1080p is fine for theaters. Audiences won't know the difference. Best if you use a 4:2:2
The first couple of shots on my recent trailer is with a GoPro-
Very helpful video. Thanks-
Why aren't your mics plugged directly into the C100? You are wasting so much time. Use lavaliere mics. Download into Premiere Pro and get your timeline immediately! No need to transcode or use After Effects. Want a little better picture, use a Ninja but not necessary for a wedding. Love my C100!
Always, always, always have an lawyer send out your script to anyone unless your WGAW agent sends it out! Contact the WGAW for their signed agencies. Even if you know the guy that cleans the toilet at CAA don't send it out. If you live in a smaller town, grab the divorce attorney at the end of the street. Anyone with a law degree. 99 percent of worthwhile people in LA will not take a script unless it comes from an agent or attorney. If they'll take it without representation- DON'T send it out. Of course your script is registered with the WGAW and the Library of Congress so I need not ask.
Been there, created a hit TV show without money or credit and am now wiser and a member of the WGAW.
Before you decide on moving to LA you have to ask yourself- what type of filmmaking do I want to do? Do I want to be a Camera operator? Director? Cinematographer? Writer? Actor? Do I want to make movies, TV, infomercials? Unless you answered actor I would stay away from LA. unless you want to get away from your parents, girl/boyfriend, that small town lifestyle or if you have a driving force to become a movie star. Unfortunately actors in LA are "a dime a dozen" but that's another story. BUT, you don't want to be dying on your death bed saying "If only I had gone to LA" so if you're an actor, go there and get it out of your system. You might get lucky.
Don't get me wrong, LA is full of excitement and it's is a great place to live but it's expensive and the traffic and ten billion people will drive you crazy. The entry level competition is your field is also very tough. In my opinion the only reason to move to LA is if you have a studio connection/relative/friend or if you want to be a writer. Most powerful people in the "business" (especially TV) started out as a writer, then director or producer. The way to get ahead as a filmmaker is to hopefully have a reel and even if you have that you will most likely start out as a grip if you want to break into the "studios". If the rest of the crew likes you, they will bring you along from film to film and from there you can slowly work your way up. As you work as a grip you should write and write and write if you can. Some day you will know important people and you will show them your script that you want to direct.
Before there was video and digital cameras, young people came to LA because you had to. There you could purchase film, rent cameras, rent editing machines, find musicians and learn your craft. You do not need LA today if you are starting out! Cameras are cheap and computers so all so powerful. A $100,000 camera in the 80's can now be replaced with a $4,000 one. What would cost you $25,000 in special effects for your movie back in the 90's can no be duplicated in $99 software today. The biggest difference between pre-digial and modern day digital is.... the Internet. Computers and the internet were not available back in the 70s, 80s and 90s. You had to go to LA (and certain colleges) to learn about filmmaking. You had to go to classes and more classes and OJT. You don't need that now today. You can make a film anywhere. Larger cities are better for finding crews and talent but you don't need LA. You can become a big wig in a little pond by working in a larger city but in LA you are very small and it's highly competitive. In the acting world the expression was "throw a stick onto Malibu beach and you will hit 15 good looking, blond, 6' 165 lbs. actors with great bodies."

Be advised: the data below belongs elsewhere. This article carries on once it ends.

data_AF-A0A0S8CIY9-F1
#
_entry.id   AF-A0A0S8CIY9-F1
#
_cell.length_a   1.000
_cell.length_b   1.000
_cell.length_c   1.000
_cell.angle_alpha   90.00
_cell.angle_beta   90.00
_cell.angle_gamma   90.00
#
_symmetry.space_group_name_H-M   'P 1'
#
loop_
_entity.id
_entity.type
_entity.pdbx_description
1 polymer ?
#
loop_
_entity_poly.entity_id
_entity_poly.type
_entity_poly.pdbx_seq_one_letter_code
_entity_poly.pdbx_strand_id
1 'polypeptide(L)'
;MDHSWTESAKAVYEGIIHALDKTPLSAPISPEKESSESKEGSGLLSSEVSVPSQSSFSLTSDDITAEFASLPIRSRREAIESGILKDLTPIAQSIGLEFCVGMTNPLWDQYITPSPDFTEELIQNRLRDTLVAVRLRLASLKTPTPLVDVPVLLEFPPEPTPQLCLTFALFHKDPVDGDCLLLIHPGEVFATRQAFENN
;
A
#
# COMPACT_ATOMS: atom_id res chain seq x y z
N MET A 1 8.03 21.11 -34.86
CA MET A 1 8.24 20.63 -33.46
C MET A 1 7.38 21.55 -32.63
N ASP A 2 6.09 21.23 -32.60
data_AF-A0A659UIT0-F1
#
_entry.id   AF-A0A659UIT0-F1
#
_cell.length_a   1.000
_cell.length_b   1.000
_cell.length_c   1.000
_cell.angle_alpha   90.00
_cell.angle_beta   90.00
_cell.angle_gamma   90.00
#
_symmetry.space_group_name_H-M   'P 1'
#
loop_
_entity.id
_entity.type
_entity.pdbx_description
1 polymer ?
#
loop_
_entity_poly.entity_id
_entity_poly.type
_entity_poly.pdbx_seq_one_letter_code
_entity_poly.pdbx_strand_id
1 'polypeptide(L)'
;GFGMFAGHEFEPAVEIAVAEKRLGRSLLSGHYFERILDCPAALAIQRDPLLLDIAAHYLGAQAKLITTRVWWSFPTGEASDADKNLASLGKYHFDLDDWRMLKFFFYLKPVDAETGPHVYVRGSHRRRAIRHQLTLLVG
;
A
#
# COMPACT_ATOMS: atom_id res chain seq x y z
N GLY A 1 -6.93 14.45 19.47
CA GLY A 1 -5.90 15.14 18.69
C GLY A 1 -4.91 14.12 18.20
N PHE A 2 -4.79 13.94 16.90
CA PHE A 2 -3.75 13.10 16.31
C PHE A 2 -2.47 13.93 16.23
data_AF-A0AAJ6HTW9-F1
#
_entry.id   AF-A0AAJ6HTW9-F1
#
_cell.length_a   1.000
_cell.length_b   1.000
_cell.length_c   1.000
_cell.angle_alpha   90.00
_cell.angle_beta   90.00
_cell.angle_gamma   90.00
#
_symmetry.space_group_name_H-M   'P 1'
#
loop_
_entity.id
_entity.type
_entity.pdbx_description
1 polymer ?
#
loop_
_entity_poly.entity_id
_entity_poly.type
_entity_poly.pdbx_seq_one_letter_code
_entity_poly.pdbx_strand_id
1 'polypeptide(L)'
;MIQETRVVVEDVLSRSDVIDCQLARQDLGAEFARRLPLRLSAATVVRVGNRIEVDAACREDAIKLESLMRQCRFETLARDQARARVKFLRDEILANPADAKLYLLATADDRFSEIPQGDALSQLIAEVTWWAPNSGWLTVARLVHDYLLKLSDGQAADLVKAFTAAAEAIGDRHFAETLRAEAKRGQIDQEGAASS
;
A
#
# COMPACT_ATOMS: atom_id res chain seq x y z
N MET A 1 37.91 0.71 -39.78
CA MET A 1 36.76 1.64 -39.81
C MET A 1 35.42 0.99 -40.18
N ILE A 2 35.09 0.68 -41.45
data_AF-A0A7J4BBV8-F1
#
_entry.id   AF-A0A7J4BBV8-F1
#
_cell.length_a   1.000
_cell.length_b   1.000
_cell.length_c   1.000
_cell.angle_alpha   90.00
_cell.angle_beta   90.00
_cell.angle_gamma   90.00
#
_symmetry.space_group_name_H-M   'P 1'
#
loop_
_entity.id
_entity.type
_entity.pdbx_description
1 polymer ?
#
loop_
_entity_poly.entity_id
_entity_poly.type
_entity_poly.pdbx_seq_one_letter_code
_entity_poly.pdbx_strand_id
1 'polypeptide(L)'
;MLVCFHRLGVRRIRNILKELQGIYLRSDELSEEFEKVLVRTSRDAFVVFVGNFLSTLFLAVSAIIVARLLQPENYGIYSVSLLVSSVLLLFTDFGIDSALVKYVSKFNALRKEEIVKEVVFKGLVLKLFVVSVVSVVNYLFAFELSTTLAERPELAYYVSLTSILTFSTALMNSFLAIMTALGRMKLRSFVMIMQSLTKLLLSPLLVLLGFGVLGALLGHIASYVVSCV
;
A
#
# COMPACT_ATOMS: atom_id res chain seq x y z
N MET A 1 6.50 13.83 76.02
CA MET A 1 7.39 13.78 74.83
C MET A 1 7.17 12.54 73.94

Now if you are already in LA--you have to find a steady job that won't interfere with the pursuit of your craft. Best jobs are at night- bar tender, parking cars, caddying at the fancy country clubs, (Like I did) etc. A steady income will keep a smile on your face which in turn will attract people to you. And, if you're good at sales, get a sales job where you can call your own hours. Get good at selling. Most creative people don't know how to sell themselves, much less their work. Read books, take classes and learn to sell. Get your real estate license. Sell anything. And last but not least is to surround yourself with POSITIVE people. Never hang around with losers or let them hand around with you. NEVER. Losers (those that aren't winning in their lives because of a negative attitude) will try and bring you down to their level. Reading the book "Creative Visualization" will also help you greatly.
In November when I attended AFM in Santa Monica and met scores of other independent filmmakers, hardly anyone of them was from LA. And when presenting my independent film to sales agents and distributors, NONE of them asked if I was based in LA and used LA people. They don't care. They just want to see good product.
Bottom line- if you are really talented and believe in yourself.. you don't LA. Showing a good film at a film festival will get you more attention to the important LA people, then 15 years of wondering around through the maze called LA.
An added footnote- As a member of the WGA I've spoken with a number of LA's literary agents and they've all said- I alway read the scripts coming from OUTSIDE of LA first because all the LA writers hang out together in coffee shops and all the stories/topics are the same. When something comes from outside LA.... it is fresh and that excites me.